“Come on, come on!” cries Mohammad Saddam, as I strip off my jeans and stare apprehensively after him and the other three mahouts—Hindi for "elephant riders"—who are already splashing around in the water. Ordinarily I’d be the first to dive into any body of water, especially in the scorching Delhi sun. But as I stare out over the muddy, polluted sludge that the Yamuna River has become, I’m having second thoughts.
It’s more the sound than the sight that makes me quickly change my mind. The trumpeting boom from the nearest elephant echoes around the warm concrete underbelly of the bridge; it’s too amazing to resist. Over the next hour, the four mahouts smile and laugh, mostly at my expense, as we wade waist-deep with the gray giants. The elephants soak up the Yamuna. "We have to wait at least an hour before we can scrub them clean because their skin is so tough,” explains Saddam.
Mahouts and their elephants have become a dying breed in Delhi. The total number of privately owned elephants is now just 13. Pressure from animal rights activists and restricted permits from the government have made it almost impossible for owners to bring new elephants into the city.
The government's Wildlife Protection Act lists elephants among the animals that cannot be used for performance and must only be kept for personal use. One elephant owner (who didn't want to be named) claims the government is using the public ban as a way to manipulate owners to abandon their elephants.
“The government in 2003 stated that an elephant can only be reared by those who have the facilities: a big water fountain for it to drink from and a shelter to house it. In Delhi, a place like that would cost around ten crores (100,000,000 rupees, or about $1.6 million). Ten crores… plus many lakhs (thousands of dollars) worth of elephants… but you can’t use them? And how can you even find a place like that in Delhi?”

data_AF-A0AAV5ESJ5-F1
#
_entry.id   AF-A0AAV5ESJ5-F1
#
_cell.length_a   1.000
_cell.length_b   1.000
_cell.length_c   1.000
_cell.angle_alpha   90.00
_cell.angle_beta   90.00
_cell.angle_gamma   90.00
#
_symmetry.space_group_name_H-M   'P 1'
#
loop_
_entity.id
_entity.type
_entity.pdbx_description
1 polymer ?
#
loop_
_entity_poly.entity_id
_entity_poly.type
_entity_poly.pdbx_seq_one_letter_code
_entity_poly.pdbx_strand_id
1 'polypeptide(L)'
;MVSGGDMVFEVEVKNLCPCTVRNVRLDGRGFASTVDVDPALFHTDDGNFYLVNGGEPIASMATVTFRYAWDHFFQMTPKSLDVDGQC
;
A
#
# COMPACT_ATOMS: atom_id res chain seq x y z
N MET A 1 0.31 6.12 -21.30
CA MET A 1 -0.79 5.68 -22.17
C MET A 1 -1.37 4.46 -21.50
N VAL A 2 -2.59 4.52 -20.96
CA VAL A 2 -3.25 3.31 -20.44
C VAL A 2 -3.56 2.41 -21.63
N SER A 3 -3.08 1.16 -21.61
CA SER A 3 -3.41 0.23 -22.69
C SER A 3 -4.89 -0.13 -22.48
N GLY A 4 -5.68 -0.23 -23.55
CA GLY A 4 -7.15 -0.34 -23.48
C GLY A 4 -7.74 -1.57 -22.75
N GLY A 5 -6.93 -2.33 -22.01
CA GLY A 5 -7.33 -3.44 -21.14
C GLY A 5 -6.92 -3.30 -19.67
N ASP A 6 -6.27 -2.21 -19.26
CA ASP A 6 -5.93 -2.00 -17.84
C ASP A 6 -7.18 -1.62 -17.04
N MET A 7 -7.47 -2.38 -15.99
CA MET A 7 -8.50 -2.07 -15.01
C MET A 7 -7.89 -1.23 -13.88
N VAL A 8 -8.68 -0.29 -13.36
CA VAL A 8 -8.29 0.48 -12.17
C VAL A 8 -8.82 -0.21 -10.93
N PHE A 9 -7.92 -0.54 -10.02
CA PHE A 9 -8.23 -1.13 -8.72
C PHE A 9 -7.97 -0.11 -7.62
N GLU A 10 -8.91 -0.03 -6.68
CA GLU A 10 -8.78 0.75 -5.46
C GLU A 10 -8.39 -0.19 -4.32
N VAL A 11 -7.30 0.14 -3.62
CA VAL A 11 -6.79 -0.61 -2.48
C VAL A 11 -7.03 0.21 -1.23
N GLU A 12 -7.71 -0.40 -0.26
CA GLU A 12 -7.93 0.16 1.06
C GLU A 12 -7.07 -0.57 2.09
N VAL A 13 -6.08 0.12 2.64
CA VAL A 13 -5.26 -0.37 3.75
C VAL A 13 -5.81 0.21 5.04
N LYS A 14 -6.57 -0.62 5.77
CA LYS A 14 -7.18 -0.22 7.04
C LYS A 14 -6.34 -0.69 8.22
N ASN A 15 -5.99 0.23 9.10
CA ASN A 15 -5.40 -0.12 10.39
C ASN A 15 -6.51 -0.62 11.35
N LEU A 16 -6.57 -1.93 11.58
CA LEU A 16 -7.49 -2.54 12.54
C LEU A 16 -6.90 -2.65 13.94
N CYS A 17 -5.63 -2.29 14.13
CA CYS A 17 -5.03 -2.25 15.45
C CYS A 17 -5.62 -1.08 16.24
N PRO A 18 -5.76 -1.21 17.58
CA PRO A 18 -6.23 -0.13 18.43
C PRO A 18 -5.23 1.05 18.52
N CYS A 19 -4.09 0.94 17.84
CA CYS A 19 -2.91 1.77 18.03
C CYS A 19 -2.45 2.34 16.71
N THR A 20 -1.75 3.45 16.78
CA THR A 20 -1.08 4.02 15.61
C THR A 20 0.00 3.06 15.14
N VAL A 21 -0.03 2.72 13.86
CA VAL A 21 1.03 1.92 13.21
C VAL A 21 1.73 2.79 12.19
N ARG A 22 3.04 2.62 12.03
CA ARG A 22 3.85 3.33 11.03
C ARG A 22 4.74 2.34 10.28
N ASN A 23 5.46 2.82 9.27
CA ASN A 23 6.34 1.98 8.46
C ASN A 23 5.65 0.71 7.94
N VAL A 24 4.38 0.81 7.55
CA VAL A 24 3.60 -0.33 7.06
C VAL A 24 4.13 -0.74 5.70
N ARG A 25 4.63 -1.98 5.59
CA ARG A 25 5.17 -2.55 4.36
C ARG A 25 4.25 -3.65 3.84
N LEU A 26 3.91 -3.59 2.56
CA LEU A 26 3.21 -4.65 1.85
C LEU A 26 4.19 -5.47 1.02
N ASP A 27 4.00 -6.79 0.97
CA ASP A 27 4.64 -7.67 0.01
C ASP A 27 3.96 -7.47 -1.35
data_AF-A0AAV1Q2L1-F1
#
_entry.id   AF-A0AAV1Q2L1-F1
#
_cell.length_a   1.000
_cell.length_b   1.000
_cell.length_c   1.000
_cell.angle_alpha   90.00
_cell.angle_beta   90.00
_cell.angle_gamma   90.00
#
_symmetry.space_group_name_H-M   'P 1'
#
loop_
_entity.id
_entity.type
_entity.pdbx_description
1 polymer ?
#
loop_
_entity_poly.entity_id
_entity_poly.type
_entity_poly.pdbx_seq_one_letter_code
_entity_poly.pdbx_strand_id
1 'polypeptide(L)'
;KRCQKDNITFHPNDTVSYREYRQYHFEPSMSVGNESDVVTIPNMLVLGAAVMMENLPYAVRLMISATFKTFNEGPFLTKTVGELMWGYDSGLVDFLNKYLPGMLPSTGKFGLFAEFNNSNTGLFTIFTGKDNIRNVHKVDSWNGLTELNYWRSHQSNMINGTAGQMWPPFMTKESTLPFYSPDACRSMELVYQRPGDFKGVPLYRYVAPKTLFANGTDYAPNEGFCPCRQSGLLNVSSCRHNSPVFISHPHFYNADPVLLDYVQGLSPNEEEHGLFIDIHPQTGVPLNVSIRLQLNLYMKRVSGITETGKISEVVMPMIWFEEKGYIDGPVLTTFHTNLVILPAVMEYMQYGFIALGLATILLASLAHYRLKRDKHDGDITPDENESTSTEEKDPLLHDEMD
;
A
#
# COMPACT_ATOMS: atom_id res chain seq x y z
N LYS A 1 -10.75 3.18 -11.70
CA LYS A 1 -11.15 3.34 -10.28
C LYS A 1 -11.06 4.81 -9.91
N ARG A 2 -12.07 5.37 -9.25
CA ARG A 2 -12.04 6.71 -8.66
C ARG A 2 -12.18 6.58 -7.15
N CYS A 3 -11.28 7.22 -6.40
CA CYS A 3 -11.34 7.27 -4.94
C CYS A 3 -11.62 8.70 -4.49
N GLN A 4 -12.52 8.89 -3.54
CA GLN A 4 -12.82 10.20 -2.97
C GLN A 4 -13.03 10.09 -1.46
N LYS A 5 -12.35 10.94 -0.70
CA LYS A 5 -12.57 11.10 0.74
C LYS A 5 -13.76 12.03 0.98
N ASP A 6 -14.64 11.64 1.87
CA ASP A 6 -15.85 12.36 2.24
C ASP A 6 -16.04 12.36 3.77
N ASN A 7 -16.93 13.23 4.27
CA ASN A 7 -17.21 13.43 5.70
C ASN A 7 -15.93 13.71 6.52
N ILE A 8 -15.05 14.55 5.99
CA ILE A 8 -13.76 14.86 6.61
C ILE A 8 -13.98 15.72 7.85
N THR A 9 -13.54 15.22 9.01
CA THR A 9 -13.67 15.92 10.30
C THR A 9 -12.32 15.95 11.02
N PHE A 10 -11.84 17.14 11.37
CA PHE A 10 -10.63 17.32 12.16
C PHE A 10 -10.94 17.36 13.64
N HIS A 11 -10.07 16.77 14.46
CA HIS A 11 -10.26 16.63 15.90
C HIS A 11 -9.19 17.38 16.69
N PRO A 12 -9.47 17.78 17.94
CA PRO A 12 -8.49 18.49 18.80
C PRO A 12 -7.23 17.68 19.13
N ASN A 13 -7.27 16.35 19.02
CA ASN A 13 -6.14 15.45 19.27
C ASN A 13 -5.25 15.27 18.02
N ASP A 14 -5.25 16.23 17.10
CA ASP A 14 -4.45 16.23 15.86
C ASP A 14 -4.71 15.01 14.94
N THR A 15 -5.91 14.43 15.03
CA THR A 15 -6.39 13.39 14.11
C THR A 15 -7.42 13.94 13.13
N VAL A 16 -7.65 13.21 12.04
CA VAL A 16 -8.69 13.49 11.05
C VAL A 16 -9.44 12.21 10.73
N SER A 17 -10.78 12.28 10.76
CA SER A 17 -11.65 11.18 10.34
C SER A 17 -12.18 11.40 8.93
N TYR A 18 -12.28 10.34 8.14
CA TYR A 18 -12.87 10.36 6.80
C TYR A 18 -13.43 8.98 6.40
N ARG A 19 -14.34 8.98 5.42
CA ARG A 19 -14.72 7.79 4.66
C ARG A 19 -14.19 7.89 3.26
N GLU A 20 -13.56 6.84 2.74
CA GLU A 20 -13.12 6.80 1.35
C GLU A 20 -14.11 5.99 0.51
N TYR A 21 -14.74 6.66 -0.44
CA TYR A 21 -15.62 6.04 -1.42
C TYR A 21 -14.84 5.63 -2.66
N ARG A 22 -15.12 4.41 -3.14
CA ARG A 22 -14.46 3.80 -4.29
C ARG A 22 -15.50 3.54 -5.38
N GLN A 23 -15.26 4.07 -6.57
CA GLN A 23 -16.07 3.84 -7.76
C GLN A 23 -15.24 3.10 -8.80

Looking out across the littered sprawl of Delhi, it’s startling to think these elephants are still here at all. Urbanization is rapid and the city is covered in construction sites. There have been a few serious traffic accidents and deaths involving elephants in recent years, which have only served to spur the government clampdown.
Not that that seems to be off-putting to Sahil Akhter. In many ways, Sahil is just like your average 12-year-old—boisterous and playful when given a task, shy when meeting new people. But when he comes home from school, he doesn’t play with toys or watch TV. “I ride elephants, camels, and horses,” he mumbles modestly. The more I learn about Sahil, the more he intrigues me. The mahout tradition is one that is passed down from father to son. Sahil’s father was killed in an elephant accident a few years ago. When I first meet the boy—who was raised alongside animals beneath one of the city's busiest bridges—he is deciding whether he wants to continue with school or become a full-time mahout.
“I want him to stay in school,” exclaims Sahil’s older brother, eyes squinting as he watches Sahil playing in the distance with the other boys. “This is not an easy life.” Mahouts are trapped in poverty. They earn the equivalent of $80 a month each, which—though supplemented by occasional tips earned at festivals and weddings—isn't enough to live on.
Over the next few months, I watched Sahil refuse his brother's wishes and drop out of school to become a mahout. When I asked him about his future, he told me with a half smile, “I want to do whatever God has planned for me. My intention is to carry on riding elephants.”
Although he is continuing his family tradition, the reality of Sahil’s situation appears bleak to me. For better or worse, this 12-year-old boy might very well be the last mahout of Delhi.